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Seeing Open Banking clearly in 2020

By Francesco Simoneschi, CEO and Co-Founder of TrueLayer makes his Open Banking predictions for the next 12 months 

Christmas – a time to buy loved ones presents, travel to see family and, of course, consume an inordinate amount of food and drinks. All of which takes money. This year, more people than ever before will be using Payment Initiation to make their online purchases. They will be using AI-driven money management apps to keep their spending in check, account aggregation tools to monitor and move money around, and, perhaps, instantly getting personalised quotes to insure those big purchases. OK – perhaps Open Banking is not the most festive topic. However, December is the perfect month to consider how Open Banking has progressed and make some informed predictions on how it will evolve next year.

2019 was the year Open Banking started to be taken seriously by businesses and investors. Major banks and credit card providers forged networks and partnerships with Open Banking-based startups. Investment in Open Banking is estimated by Finch Capital to top €480 million in 2019 – up from around €50 million in 2018. Granted, it’s hard to get exact figures due to the way some fintech companies are classified, however, the trend is up, and up in a big way. Scores of new Open Banking-based startups have launched in the UK alone. Numerous companies are now using data enabled by Open Banking to offer new services and products.

In short, the fundamentals of Open Banking are now incredibly strong. So what will 2020 bring? The naysayers may be quick to point out that the average consumer has never heard of Open Banking. This will change in the next twelve months. Open Banking is going to reach mainstream adoption in the UK. Building on the strong foundations laid this year, there’ll be a veritable explosion of new use cases. Investment, insurance, KYC, renting, money management, loans and FX will be hit by a wave of new products. There may even emerge the start of the financial ‘super app’. A platform that will pull together all the current best Open Banking use cases into one solution. Some of the most exciting progress is likely to be made where artificial intelligence, data science and Open Banking meet.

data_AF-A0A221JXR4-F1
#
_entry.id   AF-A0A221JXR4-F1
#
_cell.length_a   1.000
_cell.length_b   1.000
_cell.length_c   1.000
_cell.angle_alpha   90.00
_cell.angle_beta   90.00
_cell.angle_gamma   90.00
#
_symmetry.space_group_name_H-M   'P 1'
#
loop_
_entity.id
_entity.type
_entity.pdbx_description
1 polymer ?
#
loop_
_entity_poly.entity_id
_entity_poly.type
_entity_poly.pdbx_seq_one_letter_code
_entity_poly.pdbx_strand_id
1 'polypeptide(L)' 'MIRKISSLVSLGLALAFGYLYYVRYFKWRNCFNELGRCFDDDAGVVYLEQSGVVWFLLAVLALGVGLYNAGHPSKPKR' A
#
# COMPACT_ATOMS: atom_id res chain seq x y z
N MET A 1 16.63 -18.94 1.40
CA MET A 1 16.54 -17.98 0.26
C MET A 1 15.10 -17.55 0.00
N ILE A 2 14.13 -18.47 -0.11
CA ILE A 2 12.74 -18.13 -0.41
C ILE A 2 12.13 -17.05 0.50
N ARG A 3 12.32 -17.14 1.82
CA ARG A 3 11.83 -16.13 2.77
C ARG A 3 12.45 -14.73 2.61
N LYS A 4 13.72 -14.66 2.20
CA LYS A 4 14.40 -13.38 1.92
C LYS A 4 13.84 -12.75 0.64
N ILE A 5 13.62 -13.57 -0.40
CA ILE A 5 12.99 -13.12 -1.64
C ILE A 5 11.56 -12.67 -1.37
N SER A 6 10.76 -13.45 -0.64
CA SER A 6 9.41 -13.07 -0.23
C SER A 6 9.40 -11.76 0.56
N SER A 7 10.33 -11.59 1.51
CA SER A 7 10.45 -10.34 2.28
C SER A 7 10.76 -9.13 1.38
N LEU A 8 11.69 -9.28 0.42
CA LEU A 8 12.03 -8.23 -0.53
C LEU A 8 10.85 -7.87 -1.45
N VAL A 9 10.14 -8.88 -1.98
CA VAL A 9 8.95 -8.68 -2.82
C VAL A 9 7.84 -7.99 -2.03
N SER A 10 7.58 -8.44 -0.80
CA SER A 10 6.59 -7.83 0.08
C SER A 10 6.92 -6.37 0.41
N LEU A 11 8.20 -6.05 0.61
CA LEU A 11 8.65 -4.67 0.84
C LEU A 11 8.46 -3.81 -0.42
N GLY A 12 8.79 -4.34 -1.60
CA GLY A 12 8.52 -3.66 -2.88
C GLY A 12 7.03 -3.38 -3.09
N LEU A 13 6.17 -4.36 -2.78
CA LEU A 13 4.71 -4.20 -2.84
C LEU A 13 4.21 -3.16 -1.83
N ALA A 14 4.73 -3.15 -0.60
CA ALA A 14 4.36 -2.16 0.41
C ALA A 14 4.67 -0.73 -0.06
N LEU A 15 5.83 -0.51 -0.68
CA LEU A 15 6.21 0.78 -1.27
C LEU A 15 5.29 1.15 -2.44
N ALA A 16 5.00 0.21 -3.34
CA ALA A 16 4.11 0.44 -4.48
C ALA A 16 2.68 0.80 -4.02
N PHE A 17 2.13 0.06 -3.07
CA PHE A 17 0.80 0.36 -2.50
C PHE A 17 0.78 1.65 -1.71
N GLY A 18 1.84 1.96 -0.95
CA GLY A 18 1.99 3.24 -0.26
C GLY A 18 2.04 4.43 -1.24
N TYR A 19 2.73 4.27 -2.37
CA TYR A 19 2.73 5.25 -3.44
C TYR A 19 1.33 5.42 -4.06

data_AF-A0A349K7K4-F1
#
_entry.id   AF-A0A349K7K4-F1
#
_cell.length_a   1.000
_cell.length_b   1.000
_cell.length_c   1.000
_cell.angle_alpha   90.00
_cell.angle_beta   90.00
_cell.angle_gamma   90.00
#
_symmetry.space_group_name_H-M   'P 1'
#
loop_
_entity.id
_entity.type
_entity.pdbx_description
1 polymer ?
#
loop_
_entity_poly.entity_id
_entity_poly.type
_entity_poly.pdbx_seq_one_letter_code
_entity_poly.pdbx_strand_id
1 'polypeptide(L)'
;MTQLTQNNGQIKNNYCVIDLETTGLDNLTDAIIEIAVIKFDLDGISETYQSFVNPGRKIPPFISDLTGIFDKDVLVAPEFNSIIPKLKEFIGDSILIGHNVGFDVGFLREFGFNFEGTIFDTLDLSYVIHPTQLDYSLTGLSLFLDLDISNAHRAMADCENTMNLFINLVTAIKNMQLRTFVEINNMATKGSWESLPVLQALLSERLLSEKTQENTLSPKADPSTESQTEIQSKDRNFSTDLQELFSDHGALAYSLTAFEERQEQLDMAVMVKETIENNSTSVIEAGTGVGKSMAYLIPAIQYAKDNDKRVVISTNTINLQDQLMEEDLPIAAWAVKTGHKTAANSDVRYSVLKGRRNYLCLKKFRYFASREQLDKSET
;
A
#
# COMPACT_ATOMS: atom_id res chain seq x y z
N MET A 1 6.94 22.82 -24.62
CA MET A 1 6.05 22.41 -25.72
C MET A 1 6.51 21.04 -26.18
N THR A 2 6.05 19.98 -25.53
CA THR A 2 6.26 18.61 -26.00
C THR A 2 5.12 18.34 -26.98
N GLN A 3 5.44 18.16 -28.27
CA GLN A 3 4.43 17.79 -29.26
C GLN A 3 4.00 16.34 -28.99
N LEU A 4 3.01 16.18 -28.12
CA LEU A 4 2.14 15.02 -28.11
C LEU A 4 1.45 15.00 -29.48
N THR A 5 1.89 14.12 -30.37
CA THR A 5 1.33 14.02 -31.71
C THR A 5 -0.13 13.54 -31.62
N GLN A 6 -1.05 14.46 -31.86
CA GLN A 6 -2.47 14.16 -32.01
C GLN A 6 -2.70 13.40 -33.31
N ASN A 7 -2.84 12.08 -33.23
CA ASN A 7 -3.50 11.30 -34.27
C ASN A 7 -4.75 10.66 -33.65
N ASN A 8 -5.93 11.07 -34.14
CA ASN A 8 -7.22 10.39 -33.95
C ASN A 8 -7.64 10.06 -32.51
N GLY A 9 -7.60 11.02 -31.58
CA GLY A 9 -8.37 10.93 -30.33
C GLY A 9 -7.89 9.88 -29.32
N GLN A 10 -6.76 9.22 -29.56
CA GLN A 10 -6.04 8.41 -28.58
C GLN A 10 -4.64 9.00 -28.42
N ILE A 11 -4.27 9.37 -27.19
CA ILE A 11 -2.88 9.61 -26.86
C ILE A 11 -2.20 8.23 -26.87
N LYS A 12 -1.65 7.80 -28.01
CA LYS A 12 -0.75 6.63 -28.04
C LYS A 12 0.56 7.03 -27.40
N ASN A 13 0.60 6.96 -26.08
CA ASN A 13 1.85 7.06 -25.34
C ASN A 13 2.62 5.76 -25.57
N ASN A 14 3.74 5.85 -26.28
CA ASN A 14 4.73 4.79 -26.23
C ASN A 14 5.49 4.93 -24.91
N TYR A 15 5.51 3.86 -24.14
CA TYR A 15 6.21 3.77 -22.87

Similarly, Payment Initiation’s popularity is likely to grow significantly in 2020. Facilitated by PSD2, Payment Initiation is cheaper, faster and more secure for businesses and consumers than nearly every other payment method. These benefits are impossible to ignore. Curiously, the UK lags behind many of its major European counterparts in relation to adoption. This gap will close as it becomes more ubiquitous and established as a way of paying and transmitting money. In turn, European countries will begin to play catch up with the UK in relation to the adoption of Open Banking based financial apps. This will be driven by the overdue end of screen scraping and other non-secure techniques such as the reverse engineering of mobile apps.

Beyond Europe, Open Banking will break into new, major markets. Australia will be the country to watch. The Consumer Data Right legislation will come into full force in February – mandating essentially the same API-based system the UK adopted in 2017. I expect the market to develop quickly due to lessons learnt from Europe. It will be intriguing to see the use cases that begin to emerge in the second half of 2020.

The growth of bank APIs and Open Banking style regulatory regimes will also continue to develop in major economies such as the US, Canada, Japan and Brazil. There is also a similarly progressive attitude forming in Hong Kong and Singapore. A lot of the political momentum behind these changes will be driven by these countries seeing the success of Open Banking in Europe and, in particular, the UK’s booming fintech industry.

Open Banking may never be a topic of discussion around the Christmas dinner table, indeed, many consumers may never even learn its name. However, by the end of 2020 it will be the dominant force in global fintech. It will have profoundly changed how many people experience and use money.